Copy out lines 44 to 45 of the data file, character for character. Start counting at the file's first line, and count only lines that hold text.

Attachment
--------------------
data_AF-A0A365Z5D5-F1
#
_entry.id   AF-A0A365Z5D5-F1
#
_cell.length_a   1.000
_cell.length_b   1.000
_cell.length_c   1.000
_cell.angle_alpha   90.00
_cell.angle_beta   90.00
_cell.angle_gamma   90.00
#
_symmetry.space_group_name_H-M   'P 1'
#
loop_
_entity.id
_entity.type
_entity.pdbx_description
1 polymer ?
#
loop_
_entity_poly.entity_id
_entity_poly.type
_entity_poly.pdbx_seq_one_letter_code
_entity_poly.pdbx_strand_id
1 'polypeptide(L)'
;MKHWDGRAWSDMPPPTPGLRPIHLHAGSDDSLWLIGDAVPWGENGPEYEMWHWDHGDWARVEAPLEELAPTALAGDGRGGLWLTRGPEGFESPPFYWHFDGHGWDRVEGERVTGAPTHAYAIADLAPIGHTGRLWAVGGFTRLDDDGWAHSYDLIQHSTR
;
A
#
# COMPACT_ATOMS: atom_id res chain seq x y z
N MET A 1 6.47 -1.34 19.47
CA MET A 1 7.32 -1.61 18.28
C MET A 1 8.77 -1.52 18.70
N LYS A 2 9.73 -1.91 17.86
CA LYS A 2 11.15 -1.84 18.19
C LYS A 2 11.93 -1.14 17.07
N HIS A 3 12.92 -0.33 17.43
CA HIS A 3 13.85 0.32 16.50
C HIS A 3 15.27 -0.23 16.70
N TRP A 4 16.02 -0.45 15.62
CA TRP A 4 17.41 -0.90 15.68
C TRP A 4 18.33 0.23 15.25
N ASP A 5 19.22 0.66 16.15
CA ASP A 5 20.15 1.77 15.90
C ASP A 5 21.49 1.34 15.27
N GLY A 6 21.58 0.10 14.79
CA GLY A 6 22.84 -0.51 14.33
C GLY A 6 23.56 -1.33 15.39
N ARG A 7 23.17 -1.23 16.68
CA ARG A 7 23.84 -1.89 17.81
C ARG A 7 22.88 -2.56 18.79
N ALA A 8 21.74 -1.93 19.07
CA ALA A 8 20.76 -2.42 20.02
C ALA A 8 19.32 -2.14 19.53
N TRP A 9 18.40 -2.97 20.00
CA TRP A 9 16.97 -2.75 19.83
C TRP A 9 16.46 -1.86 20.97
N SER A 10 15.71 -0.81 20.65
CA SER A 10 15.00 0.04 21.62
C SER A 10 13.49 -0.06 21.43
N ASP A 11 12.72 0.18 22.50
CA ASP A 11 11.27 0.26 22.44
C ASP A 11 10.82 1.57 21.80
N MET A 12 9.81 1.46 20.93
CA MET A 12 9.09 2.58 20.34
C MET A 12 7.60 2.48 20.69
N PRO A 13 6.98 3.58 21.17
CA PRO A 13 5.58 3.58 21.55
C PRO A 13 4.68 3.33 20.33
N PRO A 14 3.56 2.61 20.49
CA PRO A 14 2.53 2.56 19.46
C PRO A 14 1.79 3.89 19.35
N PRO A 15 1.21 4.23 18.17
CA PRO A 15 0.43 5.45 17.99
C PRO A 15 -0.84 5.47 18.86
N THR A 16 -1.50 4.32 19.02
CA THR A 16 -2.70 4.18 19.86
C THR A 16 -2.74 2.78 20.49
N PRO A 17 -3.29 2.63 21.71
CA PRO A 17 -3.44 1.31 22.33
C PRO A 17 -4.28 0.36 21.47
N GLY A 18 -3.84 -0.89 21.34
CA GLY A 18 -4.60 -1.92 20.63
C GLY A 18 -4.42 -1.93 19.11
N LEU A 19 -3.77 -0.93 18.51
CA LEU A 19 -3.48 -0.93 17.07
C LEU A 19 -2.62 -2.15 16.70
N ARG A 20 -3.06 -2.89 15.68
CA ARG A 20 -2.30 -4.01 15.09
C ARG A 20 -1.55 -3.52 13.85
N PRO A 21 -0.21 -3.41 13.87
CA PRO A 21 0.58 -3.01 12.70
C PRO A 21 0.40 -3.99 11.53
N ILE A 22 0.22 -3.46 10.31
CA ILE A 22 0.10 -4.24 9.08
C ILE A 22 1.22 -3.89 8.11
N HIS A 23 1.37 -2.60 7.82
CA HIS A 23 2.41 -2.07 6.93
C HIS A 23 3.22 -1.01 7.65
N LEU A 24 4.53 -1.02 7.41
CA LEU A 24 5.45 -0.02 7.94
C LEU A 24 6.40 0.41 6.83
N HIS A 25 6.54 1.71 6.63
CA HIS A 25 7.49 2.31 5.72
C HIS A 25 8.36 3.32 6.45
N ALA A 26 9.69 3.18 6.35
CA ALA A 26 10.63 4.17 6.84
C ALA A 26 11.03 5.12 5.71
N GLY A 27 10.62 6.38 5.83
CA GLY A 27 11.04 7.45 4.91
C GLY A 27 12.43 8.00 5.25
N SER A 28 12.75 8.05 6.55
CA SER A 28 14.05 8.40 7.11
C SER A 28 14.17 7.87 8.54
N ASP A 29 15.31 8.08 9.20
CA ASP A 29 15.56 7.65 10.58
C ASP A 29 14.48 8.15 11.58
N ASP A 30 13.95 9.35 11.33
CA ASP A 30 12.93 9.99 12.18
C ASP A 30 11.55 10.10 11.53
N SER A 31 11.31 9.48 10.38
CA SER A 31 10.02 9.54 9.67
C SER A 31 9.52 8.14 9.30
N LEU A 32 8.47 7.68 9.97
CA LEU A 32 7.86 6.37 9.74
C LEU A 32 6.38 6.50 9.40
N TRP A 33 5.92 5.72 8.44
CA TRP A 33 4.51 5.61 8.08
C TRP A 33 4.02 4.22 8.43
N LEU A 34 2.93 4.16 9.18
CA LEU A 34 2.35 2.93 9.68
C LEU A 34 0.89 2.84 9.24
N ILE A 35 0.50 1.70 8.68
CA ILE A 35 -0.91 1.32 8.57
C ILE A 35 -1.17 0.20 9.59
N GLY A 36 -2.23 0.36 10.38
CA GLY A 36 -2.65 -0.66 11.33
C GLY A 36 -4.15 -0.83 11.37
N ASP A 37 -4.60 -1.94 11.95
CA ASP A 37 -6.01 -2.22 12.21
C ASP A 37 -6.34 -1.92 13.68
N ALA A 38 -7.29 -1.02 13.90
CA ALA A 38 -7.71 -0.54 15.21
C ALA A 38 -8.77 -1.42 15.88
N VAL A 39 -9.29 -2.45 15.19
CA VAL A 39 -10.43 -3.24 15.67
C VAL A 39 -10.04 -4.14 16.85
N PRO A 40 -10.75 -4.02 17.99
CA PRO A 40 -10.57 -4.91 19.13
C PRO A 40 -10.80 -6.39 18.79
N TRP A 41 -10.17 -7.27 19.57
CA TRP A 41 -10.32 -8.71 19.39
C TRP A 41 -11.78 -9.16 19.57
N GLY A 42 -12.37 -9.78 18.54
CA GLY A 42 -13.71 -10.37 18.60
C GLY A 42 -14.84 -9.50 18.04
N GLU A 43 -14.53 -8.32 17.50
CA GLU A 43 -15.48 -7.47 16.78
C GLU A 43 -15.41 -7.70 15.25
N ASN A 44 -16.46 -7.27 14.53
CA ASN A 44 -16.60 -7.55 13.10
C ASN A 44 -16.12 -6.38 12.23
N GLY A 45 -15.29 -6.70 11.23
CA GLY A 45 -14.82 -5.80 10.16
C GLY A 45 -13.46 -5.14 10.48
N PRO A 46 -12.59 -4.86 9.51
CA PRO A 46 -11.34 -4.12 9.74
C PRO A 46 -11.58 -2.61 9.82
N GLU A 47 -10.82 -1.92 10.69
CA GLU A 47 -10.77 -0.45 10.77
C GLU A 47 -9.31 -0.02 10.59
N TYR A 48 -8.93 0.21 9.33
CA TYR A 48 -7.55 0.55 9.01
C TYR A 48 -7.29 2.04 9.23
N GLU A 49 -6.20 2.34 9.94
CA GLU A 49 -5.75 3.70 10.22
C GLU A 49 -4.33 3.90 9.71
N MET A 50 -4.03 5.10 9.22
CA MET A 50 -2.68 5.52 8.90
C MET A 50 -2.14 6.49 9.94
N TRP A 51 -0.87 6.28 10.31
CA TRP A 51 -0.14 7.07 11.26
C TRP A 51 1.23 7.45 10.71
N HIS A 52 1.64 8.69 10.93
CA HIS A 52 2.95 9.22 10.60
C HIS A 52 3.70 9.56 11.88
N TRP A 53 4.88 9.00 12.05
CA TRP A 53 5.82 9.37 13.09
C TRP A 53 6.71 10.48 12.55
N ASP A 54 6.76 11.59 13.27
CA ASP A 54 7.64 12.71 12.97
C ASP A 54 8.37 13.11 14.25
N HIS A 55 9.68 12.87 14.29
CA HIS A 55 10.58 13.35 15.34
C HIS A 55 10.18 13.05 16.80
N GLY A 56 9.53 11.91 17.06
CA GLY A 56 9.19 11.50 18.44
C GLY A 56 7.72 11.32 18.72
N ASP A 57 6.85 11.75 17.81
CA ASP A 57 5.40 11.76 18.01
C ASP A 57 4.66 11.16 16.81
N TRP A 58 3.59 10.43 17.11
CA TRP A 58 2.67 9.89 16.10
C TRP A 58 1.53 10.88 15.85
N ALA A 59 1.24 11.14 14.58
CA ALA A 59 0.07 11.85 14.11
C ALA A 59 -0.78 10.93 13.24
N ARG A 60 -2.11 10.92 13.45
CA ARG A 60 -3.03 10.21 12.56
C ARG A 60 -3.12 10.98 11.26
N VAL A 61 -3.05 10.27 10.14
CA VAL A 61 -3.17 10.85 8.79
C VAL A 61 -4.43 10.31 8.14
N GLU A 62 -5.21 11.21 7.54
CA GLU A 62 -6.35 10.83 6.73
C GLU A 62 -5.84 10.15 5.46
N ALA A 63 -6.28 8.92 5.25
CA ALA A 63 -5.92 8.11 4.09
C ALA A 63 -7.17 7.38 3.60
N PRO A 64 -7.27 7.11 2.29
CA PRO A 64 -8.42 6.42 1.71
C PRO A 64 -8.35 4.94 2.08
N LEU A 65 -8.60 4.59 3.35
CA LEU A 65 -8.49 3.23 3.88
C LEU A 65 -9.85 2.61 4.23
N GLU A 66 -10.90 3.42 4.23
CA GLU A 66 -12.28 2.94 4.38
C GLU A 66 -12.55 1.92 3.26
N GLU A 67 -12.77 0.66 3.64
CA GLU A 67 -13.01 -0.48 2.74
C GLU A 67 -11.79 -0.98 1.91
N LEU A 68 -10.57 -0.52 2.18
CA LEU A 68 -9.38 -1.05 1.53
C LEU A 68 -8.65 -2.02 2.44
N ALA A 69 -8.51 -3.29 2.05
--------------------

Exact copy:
CA ASP A 5 20.15 1.77 15.90
C ASP A 5 21.49 1.34 15.27